The Wombats visit to our most esteemed Guildhall looked somewhat like a school disco with plenty of synth-laden pop rock for the prepubescent and young adolescent crowd, lest we forget the stoical parents occupying the spaces by the door and the bar. Sundara Karma supported them on the night with a brief cameo performance of the rousing anthemic variety.
A luminous city skyline adorned the backdrop of the stage and soaked the scouse trio in a neon glow for their hour and fifteen sojourn in Southampton. The transition from studio to stage is smooth and seemingly effortless for the boys as they managed to nail every note, lick and riff they had to offer as they continued their whistle stop tour for their new album Glitterbug.
Mathew Murphy, frontman-extraordinaire, drummer Dan Haggis and bass wielding Norwegian Tord Knudsen set the tone the moment they strolled on stage, belting out ‘Give Me a Try‘, one of the standouts from their latest album, complete with a rousing accapella chorus. It had been some time since their last visit and The Marsupial merriment continued as ‘Jump Into the Fog‘ was wound up to a fever pitch and was breathlessly followed by golden oldie ‘Moving to New York‘ that unsurprisingly whipped up the crowd into a bit of a frenzy.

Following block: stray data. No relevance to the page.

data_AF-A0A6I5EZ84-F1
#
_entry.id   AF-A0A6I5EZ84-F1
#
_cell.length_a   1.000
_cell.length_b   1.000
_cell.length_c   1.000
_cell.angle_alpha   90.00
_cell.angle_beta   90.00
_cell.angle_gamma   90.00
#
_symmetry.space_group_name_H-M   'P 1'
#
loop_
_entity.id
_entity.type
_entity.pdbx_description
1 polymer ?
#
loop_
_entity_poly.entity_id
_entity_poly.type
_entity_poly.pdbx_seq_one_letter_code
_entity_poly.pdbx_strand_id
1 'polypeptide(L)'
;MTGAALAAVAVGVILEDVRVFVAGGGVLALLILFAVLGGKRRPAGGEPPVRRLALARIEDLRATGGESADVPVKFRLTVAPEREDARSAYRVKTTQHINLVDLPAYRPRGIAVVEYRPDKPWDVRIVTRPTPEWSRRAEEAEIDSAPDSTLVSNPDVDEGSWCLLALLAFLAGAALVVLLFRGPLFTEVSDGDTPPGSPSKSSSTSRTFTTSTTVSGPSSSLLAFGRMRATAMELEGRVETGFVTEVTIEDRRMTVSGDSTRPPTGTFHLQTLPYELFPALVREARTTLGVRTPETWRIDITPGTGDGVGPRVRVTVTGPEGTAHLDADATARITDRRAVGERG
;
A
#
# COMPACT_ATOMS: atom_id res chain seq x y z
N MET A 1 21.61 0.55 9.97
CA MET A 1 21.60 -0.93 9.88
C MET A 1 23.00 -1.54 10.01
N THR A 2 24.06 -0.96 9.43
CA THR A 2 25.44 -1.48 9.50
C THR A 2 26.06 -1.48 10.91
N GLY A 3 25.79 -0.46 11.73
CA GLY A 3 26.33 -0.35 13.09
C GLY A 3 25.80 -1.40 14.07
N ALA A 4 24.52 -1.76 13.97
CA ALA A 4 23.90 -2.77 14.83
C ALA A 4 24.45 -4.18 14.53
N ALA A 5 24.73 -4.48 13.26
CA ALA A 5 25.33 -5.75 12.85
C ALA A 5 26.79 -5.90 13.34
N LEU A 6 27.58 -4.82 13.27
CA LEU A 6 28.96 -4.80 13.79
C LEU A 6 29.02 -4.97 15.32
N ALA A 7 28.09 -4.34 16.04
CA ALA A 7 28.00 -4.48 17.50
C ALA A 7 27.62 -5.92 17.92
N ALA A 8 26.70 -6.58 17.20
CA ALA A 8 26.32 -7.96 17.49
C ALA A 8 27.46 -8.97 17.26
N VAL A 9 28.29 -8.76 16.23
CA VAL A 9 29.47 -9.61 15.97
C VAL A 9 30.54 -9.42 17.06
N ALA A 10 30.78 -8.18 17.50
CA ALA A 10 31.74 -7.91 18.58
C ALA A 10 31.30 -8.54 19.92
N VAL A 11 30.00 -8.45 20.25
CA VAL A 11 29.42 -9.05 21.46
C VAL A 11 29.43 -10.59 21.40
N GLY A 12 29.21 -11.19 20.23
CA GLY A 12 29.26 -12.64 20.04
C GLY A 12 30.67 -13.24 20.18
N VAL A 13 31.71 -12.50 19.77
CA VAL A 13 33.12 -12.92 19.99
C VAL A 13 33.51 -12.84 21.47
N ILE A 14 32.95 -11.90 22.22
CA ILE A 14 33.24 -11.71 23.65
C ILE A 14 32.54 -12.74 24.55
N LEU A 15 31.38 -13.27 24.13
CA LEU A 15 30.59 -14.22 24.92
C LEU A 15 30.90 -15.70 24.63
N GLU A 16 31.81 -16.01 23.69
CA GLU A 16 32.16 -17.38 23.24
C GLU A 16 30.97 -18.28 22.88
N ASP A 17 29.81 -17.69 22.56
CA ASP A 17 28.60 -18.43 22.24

‘1996’s melancholy lament to lost youth had the entire crowd clapping in deafening unison to the whim of the maestro Murphy. The lead man then assured the crowd that they should “feel free to scream if you want to” and of course they dutifully obliged, substance and quips! There was a slight lull in proceedings midway through with the new material from their third album, however ‘Your Body is a Weapon‘ was especially raucous, a typically techno infused indie mash-up you would expect from The Wombats.
More familiar music managed to get the joint bouncing once more. ‘Techno Fan‘ would resonate with any fresher folk that would chop off a limb for a good time and drink with a northern soul, it was all lasers and cutting shapes and all for the price of 20 sheets. Another newbie ‘Pink Lemonade‘ was introduced with the songs inspiration; a trip to Barcelona and anxiety over a possibly cheating girlfriend; strange considering the rather cheery vibe of the tunes hook.
Murphy, Haggis and Knudsen then delivered a quick one-two of fan favourites in ‘Kill The Director‘ and ‘Tokyo‘; emblematic of the band’s synthy evolution from their indie origins. The stage was then vacated for the encore but not before percussion man Haggis soaked the front row with the dregs of his beer. Upon their return the hall was bathed in a green glimmer for ‘Greek Tragedy‘ with all and sundry giving it everything on the air-drum. Their swan song was of course ‘Let’s Dance to Joy Division‘ and it sent the young audience into rapture. After an intense crescendo that had the audience erupt into a frenzy of flailing limbs, chants of “We’re so happy” continued long after the band had triumphantly finished their lovelorn set.